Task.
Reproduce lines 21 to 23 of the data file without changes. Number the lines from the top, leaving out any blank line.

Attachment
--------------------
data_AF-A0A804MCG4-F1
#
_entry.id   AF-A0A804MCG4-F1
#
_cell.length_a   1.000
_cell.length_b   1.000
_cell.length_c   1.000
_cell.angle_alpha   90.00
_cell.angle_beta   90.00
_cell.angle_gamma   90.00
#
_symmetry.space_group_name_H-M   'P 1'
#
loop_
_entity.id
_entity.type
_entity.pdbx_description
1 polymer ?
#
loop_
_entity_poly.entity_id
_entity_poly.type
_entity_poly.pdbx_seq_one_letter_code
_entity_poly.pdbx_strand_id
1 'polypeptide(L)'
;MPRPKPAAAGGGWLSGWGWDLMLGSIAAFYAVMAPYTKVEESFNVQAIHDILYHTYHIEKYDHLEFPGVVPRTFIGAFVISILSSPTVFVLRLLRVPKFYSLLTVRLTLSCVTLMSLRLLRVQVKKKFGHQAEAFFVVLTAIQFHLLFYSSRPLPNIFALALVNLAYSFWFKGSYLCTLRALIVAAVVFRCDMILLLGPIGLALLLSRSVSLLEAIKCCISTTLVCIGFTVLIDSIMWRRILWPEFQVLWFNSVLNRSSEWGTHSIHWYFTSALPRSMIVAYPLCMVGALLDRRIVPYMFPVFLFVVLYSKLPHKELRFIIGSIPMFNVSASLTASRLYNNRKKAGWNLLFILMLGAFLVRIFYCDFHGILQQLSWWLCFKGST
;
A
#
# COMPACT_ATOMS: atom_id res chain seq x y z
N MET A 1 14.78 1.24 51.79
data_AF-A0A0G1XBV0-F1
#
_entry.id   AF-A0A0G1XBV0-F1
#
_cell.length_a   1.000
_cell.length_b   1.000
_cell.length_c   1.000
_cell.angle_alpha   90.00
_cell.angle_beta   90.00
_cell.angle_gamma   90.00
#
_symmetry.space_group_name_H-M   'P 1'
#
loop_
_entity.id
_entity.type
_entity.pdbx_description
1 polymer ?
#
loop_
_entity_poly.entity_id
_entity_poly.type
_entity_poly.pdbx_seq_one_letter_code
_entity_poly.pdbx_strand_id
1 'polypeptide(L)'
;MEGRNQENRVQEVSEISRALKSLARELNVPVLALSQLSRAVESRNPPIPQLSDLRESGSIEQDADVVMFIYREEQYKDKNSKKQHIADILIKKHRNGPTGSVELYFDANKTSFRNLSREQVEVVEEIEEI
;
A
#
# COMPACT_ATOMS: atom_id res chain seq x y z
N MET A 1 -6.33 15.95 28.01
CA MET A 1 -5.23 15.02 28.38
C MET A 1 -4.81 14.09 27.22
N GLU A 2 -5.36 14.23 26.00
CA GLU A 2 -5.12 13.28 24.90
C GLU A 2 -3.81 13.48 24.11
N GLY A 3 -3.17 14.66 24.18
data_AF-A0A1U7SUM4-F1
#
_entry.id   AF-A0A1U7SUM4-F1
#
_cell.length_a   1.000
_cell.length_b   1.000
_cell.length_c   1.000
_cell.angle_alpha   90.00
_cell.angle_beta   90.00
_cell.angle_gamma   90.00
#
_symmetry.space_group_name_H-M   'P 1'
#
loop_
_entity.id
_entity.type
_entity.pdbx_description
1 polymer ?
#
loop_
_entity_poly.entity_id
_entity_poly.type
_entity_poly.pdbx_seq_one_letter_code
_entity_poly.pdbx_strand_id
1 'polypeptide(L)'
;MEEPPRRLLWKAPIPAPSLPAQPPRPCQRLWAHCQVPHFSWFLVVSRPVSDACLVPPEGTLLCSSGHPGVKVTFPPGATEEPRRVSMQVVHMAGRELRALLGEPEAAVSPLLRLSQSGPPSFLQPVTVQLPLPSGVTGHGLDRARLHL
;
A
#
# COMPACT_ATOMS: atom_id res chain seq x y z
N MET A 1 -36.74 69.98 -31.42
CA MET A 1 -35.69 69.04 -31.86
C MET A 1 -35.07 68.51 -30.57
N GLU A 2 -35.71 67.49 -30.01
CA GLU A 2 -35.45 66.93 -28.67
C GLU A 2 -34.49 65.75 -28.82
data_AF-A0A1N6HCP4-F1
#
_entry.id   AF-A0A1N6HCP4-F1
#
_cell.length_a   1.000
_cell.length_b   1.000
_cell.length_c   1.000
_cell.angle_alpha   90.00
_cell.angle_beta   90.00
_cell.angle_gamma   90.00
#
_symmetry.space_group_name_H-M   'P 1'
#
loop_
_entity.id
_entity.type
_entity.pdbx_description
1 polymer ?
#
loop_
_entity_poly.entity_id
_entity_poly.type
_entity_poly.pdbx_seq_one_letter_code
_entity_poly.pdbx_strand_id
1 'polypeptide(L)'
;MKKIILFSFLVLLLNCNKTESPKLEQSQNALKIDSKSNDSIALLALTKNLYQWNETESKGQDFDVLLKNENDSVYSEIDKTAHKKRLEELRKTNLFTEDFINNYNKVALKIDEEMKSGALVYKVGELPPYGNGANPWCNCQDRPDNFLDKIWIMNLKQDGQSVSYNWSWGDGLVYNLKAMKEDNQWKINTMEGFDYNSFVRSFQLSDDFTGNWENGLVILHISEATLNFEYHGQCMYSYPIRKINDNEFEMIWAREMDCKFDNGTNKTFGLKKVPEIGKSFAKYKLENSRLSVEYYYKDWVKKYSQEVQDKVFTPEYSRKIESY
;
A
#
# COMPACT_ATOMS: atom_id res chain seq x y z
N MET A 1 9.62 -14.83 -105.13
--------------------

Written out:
_entity_poly.entity_id
_entity_poly.type
_entity_poly.pdbx_seq_one_letter_code